The fungal isolate described in this study showed resistance to common antifungals including azoles. The antibiotic sensitivity profile of P. guilliermondii is given in Figure 3. It showed resistance to all azole antifungals, griseofulvin, and amphotericin B (see Figure 3A and B), whereas nystatin, nikkomycin Z, terbinafine, caspofungin, and cycloheximide were found to be effective against the isolate at a concentration of 10 μg/ml (see Figures 3B and C). These observations were corroborated by previous studies by Pfaller et al.[17,38]. Among those effective antifungals, nystatin and cycloheximide were the antifungals of choice with inhibition zones of 45 mm and 37.5 mm, respectively, whereas activity of other three drugs were moderate at a concentration of 10 μg/ml. MIC values for these most effective antimicrobials were 5.7 and 7.2 μg/ml, respectively for nystatin and cycloheximide.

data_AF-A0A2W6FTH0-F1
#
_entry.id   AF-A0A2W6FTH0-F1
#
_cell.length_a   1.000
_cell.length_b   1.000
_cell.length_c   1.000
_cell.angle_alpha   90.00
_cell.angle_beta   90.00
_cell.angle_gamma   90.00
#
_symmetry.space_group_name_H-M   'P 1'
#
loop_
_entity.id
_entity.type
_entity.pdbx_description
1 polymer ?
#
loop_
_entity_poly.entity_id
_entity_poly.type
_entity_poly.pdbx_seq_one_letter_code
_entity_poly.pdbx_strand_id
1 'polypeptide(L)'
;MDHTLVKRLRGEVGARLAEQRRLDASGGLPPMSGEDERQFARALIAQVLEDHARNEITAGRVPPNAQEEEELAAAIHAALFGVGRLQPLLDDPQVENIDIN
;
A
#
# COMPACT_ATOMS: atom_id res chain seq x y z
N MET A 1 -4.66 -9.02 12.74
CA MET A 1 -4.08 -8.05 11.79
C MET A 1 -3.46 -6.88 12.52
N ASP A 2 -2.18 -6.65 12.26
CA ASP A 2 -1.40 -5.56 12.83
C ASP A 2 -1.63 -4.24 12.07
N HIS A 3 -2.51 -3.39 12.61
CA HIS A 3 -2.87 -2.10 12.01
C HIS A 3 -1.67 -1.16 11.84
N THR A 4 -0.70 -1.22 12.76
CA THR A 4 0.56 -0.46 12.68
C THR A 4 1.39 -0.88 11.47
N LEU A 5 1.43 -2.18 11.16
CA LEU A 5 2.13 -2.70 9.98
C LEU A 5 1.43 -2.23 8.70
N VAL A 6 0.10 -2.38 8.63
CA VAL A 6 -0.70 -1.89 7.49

thumbnailFigure 3. Antibiotic sensitivity of P. guilliermondii grown in presence of common antifungals on YPD agar Plate. A. P. guilliermondii showed resistance to voriconazole (VOR), griseofulvin (GRI), and miconazole nitrate (MIN), whereas mild susceptibility (<5 mm) was observed for amphotericin B (AMB) and posaconazole (POS). B. The fungal isolate showed resistance to both fluconazole (FLU) and clotrimazole (CLO), whereas detectable susceptibility was evident for nystatin (NYS) and cycloheximide (CYC), with inhibition zones of 45.0 ± 2.5 and 37.5 ± 2.3 mm, respectively. C. Caspofungin (CAP), nikkomycin Z (NIK), and terbinafine (TER) were found to be effective with inhibition zones of 22.5 ± 2.0, 20.0 ± 1.5, and 15.0 ± 1.5 mm, respectively. Experiments were carried out in triplicates and all the antifungal drugs were tested for susceptibility at a dose of 10 μg/ml.